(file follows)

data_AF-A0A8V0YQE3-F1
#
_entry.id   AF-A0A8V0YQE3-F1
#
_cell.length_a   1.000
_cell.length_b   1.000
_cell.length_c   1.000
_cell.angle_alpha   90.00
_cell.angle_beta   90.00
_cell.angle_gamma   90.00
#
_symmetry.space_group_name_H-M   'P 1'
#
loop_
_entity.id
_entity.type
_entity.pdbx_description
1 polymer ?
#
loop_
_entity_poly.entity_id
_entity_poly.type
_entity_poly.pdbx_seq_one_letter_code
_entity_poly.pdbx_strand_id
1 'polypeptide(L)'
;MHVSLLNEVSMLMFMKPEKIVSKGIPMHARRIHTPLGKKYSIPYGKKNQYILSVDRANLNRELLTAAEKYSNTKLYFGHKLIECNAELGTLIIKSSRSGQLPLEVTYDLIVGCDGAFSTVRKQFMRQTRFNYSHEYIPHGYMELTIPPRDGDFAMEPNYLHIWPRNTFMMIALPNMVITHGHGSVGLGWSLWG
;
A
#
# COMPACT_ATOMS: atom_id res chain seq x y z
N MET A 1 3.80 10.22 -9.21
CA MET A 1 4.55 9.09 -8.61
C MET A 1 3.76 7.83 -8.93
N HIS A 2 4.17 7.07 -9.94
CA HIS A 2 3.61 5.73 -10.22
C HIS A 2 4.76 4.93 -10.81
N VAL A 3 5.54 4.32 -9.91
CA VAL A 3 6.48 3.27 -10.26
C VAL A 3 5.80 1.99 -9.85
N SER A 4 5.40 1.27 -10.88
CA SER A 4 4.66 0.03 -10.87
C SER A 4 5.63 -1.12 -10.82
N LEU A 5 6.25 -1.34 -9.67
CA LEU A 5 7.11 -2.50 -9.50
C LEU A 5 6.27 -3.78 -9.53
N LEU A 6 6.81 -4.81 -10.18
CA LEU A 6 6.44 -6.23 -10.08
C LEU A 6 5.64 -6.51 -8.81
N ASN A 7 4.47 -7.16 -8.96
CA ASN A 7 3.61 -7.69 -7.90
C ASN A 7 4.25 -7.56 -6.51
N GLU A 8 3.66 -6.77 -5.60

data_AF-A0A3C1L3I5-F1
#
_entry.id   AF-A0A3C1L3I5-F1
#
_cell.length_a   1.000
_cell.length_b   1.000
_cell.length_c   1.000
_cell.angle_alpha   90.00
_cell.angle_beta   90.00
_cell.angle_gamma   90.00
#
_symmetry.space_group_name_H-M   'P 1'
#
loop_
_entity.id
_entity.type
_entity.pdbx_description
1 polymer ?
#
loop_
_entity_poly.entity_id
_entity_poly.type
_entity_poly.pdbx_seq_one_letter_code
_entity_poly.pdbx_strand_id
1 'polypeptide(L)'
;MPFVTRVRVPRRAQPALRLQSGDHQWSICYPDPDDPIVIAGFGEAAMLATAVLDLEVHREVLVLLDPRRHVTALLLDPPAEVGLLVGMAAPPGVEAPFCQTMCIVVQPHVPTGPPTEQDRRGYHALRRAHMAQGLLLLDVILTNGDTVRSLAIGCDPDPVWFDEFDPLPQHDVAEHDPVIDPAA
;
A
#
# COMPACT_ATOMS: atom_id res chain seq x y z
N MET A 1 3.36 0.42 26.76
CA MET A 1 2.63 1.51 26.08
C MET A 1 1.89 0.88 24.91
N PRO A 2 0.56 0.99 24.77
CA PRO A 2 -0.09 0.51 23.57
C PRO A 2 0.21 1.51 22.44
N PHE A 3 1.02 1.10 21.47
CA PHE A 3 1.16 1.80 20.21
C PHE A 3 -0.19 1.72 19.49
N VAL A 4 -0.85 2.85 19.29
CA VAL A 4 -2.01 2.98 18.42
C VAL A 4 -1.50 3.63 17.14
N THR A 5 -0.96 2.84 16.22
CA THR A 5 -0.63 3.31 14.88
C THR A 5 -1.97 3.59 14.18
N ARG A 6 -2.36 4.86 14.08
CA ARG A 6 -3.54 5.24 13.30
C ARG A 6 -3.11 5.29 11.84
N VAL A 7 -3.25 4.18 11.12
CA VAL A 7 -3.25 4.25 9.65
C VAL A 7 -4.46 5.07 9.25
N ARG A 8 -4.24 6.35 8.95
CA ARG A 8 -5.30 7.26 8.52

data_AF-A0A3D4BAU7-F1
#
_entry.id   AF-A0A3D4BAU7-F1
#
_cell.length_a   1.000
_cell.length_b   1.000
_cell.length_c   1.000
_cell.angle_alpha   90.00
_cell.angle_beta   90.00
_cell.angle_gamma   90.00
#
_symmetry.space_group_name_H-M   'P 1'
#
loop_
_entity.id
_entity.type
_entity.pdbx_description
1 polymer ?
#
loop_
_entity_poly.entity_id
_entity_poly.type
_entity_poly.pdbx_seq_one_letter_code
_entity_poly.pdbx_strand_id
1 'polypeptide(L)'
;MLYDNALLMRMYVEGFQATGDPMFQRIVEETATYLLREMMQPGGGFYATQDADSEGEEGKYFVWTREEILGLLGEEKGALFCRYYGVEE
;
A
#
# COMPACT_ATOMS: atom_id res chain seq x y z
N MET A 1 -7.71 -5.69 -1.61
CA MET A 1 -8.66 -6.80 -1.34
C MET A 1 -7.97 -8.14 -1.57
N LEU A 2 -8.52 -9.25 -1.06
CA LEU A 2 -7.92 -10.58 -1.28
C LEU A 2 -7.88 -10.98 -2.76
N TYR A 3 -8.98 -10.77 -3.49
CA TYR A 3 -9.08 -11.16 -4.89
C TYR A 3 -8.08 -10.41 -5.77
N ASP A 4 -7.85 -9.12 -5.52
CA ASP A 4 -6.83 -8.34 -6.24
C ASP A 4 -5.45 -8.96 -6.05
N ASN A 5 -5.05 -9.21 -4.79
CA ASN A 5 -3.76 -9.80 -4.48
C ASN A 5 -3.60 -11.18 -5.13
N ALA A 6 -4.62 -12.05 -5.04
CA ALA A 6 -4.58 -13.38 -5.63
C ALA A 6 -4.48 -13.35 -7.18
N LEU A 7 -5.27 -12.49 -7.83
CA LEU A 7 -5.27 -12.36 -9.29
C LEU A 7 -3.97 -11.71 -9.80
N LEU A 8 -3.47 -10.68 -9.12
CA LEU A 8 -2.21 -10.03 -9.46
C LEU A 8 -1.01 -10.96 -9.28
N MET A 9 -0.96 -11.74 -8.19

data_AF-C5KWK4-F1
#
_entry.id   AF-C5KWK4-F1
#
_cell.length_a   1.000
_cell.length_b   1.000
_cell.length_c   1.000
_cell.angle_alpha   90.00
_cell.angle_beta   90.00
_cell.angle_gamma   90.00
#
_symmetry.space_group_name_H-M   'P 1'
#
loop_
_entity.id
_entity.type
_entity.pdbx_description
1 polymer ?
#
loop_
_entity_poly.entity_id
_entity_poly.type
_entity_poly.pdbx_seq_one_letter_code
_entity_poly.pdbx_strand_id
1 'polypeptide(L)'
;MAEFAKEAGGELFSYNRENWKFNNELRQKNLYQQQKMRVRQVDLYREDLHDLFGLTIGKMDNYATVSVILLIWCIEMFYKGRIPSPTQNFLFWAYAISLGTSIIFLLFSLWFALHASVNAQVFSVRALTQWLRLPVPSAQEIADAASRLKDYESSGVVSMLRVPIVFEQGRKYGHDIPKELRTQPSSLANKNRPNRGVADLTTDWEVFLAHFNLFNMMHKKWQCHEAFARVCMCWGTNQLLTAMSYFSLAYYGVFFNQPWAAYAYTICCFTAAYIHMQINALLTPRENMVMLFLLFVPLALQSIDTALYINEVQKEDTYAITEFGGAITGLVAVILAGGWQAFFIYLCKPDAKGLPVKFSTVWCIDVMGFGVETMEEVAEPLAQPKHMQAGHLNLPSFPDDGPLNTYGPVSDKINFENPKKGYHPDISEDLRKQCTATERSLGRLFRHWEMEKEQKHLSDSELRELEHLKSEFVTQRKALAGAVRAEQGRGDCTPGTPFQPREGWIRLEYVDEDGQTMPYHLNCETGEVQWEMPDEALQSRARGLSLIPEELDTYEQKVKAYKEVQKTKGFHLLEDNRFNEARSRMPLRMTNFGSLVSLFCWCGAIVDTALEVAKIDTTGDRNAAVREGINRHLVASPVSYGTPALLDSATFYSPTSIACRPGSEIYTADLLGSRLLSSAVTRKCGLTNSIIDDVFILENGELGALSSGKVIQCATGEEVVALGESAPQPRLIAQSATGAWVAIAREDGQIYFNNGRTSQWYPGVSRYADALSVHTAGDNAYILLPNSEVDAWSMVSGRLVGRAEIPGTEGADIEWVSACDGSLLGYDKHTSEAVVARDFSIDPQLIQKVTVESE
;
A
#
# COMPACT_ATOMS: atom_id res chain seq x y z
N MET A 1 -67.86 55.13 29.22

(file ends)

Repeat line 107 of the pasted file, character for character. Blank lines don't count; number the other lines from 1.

#